Semolina cakes soaked in a flavored sugar syrup are ubiquitous in the Middle East. Depending on the country and even the family, the proportions and flavorings will vary. Some were made with almond meal and flavored with a combination of rose water and orange blossom water. Several cakes were made without any eggs. There is no one single proper semolina cake.
The version below is a particularly rich and moist cake, with the addition of coconut and pistachio nuts. One thing that all of the Basbousa cakes have in common is that they are quite sweet – the perfect ending to a well-spiced meal.
The other night my husband and I watched about five different YouTube videos of people making their version of this delicious cake. Each one looked wonderful. I also checked out Jerusalem: A Cookbook by Yotam Ottolenghi and Sami Tamimi. However, my recipe comes from The Jewish Soul Food Cookbook From Minsk to Marrakesh by Janna Gur with a few tweaks from me.
Normally I do not weigh my ingredients when I bake even though I know that it is a more accurate measure than using cups and teaspoons. I figure that as long as I always “mismeasure” the same way, I’ll be fine. However, since this recipe was almost certainly made by weighing things in grams and I had never made it before, I decided to weigh things out. It’s a good thing that I did, because the weight in grams seemed very off from the measurements given in cups.
If you don’t own a kitchen scale, you should. They are not terribly expensive (the one I use costs less than $10) and these days you can purchase one that takes up almost no space at all. I increasingly find having one to be useful.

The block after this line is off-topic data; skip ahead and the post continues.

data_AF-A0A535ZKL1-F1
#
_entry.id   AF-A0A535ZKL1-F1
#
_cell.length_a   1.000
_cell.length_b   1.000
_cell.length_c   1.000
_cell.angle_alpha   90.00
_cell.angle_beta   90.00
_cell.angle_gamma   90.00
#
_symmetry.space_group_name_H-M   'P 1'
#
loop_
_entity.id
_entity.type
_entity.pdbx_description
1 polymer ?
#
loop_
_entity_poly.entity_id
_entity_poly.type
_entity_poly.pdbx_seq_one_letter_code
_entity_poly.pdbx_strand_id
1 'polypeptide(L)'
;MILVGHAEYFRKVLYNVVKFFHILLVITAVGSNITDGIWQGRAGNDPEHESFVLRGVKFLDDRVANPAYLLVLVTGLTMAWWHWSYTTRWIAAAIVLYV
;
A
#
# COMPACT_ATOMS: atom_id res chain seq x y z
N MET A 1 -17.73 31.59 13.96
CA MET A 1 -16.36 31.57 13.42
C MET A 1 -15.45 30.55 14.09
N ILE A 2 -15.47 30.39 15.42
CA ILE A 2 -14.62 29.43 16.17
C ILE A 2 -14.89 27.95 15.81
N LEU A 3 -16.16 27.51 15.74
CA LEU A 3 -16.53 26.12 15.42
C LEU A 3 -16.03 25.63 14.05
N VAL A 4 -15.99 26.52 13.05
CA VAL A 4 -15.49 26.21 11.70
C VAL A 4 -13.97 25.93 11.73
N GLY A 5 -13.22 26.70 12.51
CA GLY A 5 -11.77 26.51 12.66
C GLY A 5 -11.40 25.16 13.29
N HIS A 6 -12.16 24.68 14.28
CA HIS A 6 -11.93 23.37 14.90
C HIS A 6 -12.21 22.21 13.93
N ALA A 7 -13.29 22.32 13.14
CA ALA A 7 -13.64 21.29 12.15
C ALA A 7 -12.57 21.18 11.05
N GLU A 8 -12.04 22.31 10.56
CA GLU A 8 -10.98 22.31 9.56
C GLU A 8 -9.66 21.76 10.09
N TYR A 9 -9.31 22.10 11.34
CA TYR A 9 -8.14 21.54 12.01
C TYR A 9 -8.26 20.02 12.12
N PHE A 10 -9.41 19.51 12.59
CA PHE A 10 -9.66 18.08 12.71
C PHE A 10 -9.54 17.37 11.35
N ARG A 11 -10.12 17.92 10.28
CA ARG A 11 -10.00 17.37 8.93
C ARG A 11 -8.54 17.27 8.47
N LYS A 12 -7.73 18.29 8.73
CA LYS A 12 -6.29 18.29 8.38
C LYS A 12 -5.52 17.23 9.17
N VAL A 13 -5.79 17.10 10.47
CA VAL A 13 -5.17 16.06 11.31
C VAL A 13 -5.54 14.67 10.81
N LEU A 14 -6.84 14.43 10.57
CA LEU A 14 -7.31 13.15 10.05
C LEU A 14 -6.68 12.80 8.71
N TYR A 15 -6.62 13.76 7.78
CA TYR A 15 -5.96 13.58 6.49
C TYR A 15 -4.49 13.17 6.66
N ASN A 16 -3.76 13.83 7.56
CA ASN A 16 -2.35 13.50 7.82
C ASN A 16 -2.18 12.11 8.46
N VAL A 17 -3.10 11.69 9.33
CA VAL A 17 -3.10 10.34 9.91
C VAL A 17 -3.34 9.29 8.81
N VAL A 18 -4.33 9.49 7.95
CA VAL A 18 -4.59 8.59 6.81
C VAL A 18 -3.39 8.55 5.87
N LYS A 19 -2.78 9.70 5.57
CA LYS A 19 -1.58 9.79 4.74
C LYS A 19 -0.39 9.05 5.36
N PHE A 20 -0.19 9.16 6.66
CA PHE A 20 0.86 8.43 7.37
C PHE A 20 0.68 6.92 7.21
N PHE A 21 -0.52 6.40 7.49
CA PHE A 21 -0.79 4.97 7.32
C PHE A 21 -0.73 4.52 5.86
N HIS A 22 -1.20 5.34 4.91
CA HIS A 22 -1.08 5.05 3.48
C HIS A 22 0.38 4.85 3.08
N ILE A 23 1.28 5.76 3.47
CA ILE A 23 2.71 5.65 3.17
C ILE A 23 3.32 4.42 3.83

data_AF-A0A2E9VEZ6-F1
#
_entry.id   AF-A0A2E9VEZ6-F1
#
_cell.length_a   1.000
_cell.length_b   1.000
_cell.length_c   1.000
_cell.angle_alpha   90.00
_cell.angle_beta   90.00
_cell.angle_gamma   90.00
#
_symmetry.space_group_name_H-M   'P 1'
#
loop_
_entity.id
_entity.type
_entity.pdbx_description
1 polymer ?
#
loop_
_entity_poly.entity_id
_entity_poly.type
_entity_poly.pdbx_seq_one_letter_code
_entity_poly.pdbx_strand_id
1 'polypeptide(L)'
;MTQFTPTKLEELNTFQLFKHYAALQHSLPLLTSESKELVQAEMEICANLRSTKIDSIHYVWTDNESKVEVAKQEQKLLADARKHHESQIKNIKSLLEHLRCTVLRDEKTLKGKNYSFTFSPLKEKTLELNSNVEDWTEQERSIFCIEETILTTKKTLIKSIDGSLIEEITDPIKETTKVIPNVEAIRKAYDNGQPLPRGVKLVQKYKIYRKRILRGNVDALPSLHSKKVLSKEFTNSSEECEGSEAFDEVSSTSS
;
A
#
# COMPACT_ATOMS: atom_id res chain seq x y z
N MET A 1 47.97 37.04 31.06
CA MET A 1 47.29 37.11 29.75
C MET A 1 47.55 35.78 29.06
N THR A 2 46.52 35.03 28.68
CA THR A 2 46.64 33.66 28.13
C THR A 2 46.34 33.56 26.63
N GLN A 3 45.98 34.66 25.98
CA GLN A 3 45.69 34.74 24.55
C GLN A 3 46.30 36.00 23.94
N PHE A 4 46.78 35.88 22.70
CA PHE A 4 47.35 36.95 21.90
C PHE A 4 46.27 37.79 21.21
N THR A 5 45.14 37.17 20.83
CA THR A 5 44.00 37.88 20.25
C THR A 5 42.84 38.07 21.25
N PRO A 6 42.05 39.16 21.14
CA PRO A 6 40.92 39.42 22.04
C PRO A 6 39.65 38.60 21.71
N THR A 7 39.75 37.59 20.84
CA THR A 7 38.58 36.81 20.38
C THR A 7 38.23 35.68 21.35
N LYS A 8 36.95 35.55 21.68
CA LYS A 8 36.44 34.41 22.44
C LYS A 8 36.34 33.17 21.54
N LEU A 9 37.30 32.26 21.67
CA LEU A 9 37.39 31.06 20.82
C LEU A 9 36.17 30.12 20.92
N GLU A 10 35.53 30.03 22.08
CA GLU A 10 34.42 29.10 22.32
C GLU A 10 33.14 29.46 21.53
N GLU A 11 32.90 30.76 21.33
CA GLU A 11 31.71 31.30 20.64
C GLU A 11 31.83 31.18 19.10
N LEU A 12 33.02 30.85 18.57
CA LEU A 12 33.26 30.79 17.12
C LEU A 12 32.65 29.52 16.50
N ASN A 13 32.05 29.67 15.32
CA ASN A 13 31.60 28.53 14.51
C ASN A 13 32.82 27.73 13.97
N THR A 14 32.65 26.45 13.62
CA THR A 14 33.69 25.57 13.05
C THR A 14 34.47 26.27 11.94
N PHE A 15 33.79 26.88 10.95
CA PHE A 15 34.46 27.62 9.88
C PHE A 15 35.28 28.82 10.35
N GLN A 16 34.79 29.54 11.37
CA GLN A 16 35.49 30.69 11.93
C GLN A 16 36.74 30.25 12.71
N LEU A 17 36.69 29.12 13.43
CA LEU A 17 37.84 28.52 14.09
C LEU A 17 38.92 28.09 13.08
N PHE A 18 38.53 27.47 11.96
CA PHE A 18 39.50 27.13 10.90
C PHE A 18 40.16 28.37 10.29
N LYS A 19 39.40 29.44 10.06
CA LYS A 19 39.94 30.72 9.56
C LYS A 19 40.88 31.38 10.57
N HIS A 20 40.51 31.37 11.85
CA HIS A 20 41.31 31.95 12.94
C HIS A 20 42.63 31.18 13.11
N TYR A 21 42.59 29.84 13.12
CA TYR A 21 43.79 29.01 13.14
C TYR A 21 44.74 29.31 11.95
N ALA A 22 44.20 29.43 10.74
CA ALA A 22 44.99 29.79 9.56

When it came to liquid measure, I was less concerned about using cups so I give both measures below.
Pan Size and Serving
Pan sizes vary and what is standard in the United States may not be standard in Europe or the Middle East. The recipe called for a 40 x 25 cm. pan which is about 15 x 10-inches. A standard pan in the U.S. is 13 x 9-inches which is a bit smaller. As long as your pan is at least 3-inches deep it shouldn’t be a problem although you may have to adjust your baking time slightly.
Because the cake is soaked in a sugar syrup, you may want to serve it with a bit of unsweetened whipped cream, creme fraiche or thick yogurt. You could also serve it with a slightly tart fruit preserve to act as a counter balance to the sweetness. However, if you decide to just eat it straight, I certainly won’t tell you no!
Yield: About 12 servings
For the cake
3/4 cup bland vegetable oil (180 ml.)
1.5 cups half & half (single) cream (350 ml.) [You can substitute coconut milk for a non-dairy version.]
100 grams shredded, unsweetened coconut
160 gr. unbleached, all-purpose flour
250 gr. semolina flour (or cream of wheat)
55 gr. ground pistachio nuts [I like to grind my nuts with a little of the sugar. It keeps the nuts from turning to paste.]
4 teaspoons baking powder
6 large eggs
300 gr. granulated sugar
A generous pinch of Kosher salt
For the sugar syrup
1.5 cups of water
300 gr. granulated sugar
1 scant teaspoon ground cinnamon
Preheat the oven to 350 degrees F. (180 degrees C)
Combine the vegetable oil and half & half in a large bowl. Stir in the coconut, flour, semolina, ground pistachios, salt and baking powder until well combined.
Beat the eggs and sugar in the bowl of a standing mixer fitted with the whisk attachment. Beat on high speed for 8 minutes or until the mixture is pale and fluffy.
Gently fold the egg and sugar mixture into the semolina batter. Pour the batter into a greased rectangular pan.
Bake for about 35 minutes or until the cake turns golden and a toothpick inserted un the center comes out clean. If a few crumbs adhere to the toothpick that’s perfect. [Mine took close to 50 minutes. Ovens vary and my pan was smaller and deeper.]
While the cake is baking, make the sugar syrup. Bring the water, sugar and cinnamon to a boil in a small saucepan. Lower the heat and simmer, uncovered for 15 minutes. Cool slightly.
As soon as the cake is finished baking, remove it from the oven and pour all of the syrup evenly over the warm cake.
Allow the cake to cool completely before serving. This is even better if made a day ahead. It will last in an airtight container for up to a week. Who are we kidding? It will be eaten long before.